Is that ticket the real deal?
Event ticket prices have skyrocketed in recent years and as the demand for reasonably priced tickets increases, so to have ticket scams. Learn how to protect yourself and know the signs of a ticket scam.
The move to digital tickets has helped drive the increase in ticketing scams. Ultimately, digital ticketing is easier for fans, but it’s convenient for scammers as well. It’s especially easy for scammers to create and sell fake tickets–many fans may be unfamiliar with the technology and unfortunately, there’s no real way to test if the tickets are legitimate till you show up to the venue for the event. As always, if it seems to good to be true, it probably is!
Here’s how to protect yourself:
- Some experts suggest only buying tickets from official sellers, like Ticketmaster. If you do go with a ticket from the resale market, choose a seller that is registered with the National Association of Ticket Brokers. Members are required to abide by a code of ethics. Find a list at NATB.org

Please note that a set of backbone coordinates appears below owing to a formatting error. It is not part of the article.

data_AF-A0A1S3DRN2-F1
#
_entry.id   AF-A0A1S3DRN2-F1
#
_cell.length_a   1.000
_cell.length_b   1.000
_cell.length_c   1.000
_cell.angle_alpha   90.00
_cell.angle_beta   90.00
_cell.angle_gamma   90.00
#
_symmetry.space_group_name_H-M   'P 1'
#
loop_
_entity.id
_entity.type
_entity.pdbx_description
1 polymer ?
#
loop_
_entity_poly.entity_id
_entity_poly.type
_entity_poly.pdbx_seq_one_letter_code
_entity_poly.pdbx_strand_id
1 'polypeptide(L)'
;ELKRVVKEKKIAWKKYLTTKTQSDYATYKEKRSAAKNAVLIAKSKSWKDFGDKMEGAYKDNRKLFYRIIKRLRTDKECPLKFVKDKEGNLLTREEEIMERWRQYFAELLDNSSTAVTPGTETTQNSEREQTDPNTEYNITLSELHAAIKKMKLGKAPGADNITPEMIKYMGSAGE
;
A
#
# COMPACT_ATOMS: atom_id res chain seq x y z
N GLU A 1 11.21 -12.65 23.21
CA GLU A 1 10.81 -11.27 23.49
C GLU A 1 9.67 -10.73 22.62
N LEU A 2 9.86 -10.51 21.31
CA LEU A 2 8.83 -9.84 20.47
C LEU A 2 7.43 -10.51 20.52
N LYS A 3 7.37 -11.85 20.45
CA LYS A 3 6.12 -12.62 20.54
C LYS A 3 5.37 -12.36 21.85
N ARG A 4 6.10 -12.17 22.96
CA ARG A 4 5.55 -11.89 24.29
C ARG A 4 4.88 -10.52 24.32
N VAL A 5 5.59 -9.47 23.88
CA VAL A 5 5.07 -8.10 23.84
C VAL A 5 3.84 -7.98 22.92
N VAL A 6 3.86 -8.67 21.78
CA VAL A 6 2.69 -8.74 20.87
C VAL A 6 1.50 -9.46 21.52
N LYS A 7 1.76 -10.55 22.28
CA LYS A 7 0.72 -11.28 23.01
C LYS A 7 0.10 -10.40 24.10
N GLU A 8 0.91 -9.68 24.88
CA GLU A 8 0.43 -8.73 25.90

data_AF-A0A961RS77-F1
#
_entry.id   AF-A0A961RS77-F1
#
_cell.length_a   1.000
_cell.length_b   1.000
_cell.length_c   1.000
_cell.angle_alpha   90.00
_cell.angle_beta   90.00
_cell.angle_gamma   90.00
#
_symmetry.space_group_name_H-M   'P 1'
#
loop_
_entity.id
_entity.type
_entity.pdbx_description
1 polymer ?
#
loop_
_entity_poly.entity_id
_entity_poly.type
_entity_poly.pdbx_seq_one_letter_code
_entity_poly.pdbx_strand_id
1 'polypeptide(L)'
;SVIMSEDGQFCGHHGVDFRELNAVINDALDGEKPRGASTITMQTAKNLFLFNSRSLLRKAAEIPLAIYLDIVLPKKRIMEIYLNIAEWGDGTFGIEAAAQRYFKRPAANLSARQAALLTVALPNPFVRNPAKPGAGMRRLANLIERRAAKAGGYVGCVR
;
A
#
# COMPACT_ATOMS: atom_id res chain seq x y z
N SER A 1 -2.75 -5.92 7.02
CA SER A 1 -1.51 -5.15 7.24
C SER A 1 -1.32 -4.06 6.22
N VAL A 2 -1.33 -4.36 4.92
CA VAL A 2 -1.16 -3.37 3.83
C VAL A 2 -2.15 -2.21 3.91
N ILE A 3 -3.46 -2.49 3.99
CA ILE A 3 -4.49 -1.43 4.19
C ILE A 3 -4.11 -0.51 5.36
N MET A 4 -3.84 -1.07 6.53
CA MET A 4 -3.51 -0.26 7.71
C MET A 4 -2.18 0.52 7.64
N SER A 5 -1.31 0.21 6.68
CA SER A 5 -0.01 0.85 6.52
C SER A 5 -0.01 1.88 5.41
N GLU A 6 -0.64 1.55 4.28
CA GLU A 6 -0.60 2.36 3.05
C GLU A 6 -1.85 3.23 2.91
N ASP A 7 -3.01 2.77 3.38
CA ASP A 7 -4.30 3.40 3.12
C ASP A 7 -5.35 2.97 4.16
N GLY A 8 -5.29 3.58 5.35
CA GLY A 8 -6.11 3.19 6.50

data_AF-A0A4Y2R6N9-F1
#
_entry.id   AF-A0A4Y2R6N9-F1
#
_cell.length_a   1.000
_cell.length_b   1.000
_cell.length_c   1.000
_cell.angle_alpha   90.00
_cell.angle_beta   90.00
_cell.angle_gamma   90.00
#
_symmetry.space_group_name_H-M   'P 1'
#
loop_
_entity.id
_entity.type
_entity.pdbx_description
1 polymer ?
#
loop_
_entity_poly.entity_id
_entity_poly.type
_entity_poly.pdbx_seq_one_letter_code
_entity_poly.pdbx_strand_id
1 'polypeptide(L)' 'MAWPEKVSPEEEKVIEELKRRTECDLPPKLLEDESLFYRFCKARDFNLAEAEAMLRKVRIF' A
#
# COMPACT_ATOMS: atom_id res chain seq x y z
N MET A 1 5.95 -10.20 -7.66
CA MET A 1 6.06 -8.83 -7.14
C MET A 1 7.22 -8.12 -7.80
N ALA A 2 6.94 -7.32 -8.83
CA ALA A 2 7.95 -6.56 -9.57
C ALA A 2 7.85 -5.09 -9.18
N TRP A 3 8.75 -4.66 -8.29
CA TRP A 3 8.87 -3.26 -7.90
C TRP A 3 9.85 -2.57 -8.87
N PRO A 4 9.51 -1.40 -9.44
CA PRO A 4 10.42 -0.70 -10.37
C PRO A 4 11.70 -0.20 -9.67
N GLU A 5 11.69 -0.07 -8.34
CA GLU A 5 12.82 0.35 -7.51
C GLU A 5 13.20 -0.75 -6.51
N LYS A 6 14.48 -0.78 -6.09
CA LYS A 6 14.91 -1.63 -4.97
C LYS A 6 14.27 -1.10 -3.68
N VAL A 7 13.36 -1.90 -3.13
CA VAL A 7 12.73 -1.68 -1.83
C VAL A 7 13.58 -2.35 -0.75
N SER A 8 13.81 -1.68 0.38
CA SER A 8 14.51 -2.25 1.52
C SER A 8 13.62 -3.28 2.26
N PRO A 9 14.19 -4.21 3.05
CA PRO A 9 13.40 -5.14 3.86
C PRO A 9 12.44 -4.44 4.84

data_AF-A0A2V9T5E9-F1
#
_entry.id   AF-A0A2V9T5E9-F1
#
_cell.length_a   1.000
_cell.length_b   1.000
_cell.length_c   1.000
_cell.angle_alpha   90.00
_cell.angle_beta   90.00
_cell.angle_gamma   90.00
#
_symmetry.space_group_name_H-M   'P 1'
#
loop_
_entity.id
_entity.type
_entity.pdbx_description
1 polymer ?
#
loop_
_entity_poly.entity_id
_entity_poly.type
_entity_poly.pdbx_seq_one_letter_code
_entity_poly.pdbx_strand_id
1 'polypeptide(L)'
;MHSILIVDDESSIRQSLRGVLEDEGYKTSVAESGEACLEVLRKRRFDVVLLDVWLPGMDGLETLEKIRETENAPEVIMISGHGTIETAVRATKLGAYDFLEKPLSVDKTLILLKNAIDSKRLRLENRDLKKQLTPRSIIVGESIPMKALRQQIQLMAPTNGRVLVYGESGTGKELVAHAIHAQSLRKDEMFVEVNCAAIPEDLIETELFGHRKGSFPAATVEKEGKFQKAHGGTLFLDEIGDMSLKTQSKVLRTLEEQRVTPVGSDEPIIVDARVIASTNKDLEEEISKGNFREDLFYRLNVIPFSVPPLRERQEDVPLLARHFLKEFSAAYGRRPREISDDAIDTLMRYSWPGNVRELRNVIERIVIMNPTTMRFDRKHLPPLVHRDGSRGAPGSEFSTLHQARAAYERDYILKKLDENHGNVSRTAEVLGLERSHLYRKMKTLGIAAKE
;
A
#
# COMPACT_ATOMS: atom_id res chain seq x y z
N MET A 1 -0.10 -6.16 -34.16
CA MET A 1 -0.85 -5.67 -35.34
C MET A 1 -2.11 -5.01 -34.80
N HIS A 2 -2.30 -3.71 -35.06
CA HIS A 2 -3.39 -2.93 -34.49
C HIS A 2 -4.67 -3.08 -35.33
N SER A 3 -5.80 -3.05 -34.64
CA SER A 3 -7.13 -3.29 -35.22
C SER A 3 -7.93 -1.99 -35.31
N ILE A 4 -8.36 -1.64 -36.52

- When using one of these sites, like Ticketmaster or StubHub, double check to make sure it’s the actual site and not a look-alike imposter. Scammers can set up websites nearly identical to the real thing, but the web address will be slightly different.
- Anyone selling tickets to a popular event should be treated with skepticism. Keep your guard up.
- If you do buy from an individual person, only buy from someone you know personally.
- Do not pay for a ticket using a peer to peer app (Like Venmo, Zelle, PayPay, etc.) If the seller is a scammer, you many not be able to recover your money if you paid through one of these services.
To learn more about ticket fraud and how to protect yourself, check out this article from AARP: